We are reaching the end of another Point-to-Point season, after one of the mildest winters ever with very few abandonments. Fixtures since mid-March, both under Rules and especially between the flags, have been plagued by small fields. This is not a new phenomenon, but it raises some thorny issues the sport needs to address.
Small fields are not a new issue. The number of hunter certificates issued for Point-to-Points has been on a steady decrease for years, but the current situation has been exacerbated by two years of Covid, during which only the most dedicated owner would persevere with a pointer, especially when he or she wasn't allowed to see it run, and this Spring by a dry spell during which minimal rain has fallen since the deluge that did for Shishkin in the Queen Mother Champion Chase.
That most fixtures have enjoyed bumper crowds over Easter, and a generally positive financial return for their efforts is a great relief, but the current situation is not sustainable in the medium and long term. Spectators will not continue to pay for small fields wherever your racecourse is situated. Nor indeed should they.
The average number of runners across the 80 or so Point-to-Point fixtures since the beginning of March is 21. During the same period, 23 fixtures endured a walkover, and four unfortunate fixtures put up with two walkovers on the same card. Based on a 6 race card, this averages 3.5 runners per race, although this puts a gloss on the figure, as several fixtures ran 7 race cards to accommodate their hunt race.
At the same time, some 60 hunter chases have taken place on licensed racecourses, with an average field size of 6.04. Factoring out the Cheltenham and Aintree Foxhunter races, that average drops to 5.63.
The inescapable truth is clear: we are staging too many races and need to consolidate. But how?
It seems unlikely that licensed racecourses will want to continue to run hunter chases which only fill to a figure less than each-way betting. Racecourses are penalized on their media rights income for not reaching 8 runners, so logic would tell you they will alter their programmes. The reality however is that they face the same issue with other types of chase, in particular novice events. However, as a sport, we should be lobbying for a significant reduction in the number of hunter chases to allow for a majority of those runs to take place on Point-to-Point tracks.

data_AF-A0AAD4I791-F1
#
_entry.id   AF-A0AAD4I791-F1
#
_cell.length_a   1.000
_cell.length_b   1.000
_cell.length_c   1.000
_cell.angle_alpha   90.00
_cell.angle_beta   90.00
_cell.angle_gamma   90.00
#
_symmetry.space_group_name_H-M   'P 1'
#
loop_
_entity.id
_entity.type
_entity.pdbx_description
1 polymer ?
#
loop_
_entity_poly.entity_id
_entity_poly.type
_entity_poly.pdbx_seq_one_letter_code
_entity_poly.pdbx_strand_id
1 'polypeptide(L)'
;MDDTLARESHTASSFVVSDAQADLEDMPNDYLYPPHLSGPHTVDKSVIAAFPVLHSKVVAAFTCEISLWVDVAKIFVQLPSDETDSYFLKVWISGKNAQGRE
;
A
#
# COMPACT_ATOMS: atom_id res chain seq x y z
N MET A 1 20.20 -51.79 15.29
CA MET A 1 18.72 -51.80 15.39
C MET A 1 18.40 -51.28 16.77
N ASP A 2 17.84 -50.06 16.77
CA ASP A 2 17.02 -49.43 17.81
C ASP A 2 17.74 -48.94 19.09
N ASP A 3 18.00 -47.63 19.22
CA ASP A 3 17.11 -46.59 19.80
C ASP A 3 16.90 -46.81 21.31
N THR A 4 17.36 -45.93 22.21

Peter Wright at the Point-to-Point Authority has done sterling work in rebalancing the fixture list, to the extent that the number of pre-Christmas fixtures has swelled, when runners are plentiful generally. There is still some pruning to be done in the peak March-April period, which may be accelerated by this year's results.
The sport should also be looking at the number and type of races that are staged at each fixture. Perhaps the days of a 6 race card are limited. The first 20 years of this century saw a steady rise in the number of races on each card to the extent that 7 race cards have become the norm under Rules. But given the poor number of runs per horse, estimated at around 3 between the flags, we should be thinking about 5 race cards, as well as a reduction of fixtures.
What’s more, whilst there is collaboration between fixture secretaries within Areas, there is little overall race-planning oversight. This then allows races to compete for a horse population that is not enough to fill one race, never mind two or more.
There is no silver bullet to the issues around small fields. The sport needs to work with all its stakeholders to grow enthusiasm for participation. The growth of syndicate ownership under Rules is one example of where more and more people have become involved in the ownership experience. Point-to-Point livery yards may be able to achieve this sort of growth in interest, but the sport also needs to look to its roots to embrace owner participation. Many Masters of Foxhounds see the annual Point-to-Point as an irrelevance to the day to day business of the hunt, so perhaps the pendulum of interest needs to swing back the other way so that hunts embrace their own events.
Finally, a word about weight. Thirty years ago, riders in a confined race could ride at 12st 7lbs, yet the maximum nowadays is 12st. During the same timeframe, humankind has become bigger. There are plenty of things that have got better over the intervening 30 years, so I am not looking at the past through rose-tinted spectacles, but some acknowledgement of weight concessions would draw in more participants who have currently migrated away from racing to other sports, secure in the knowledge they cannot make the weight. The sport needs to win some of these back to grow its ownership/participation levels.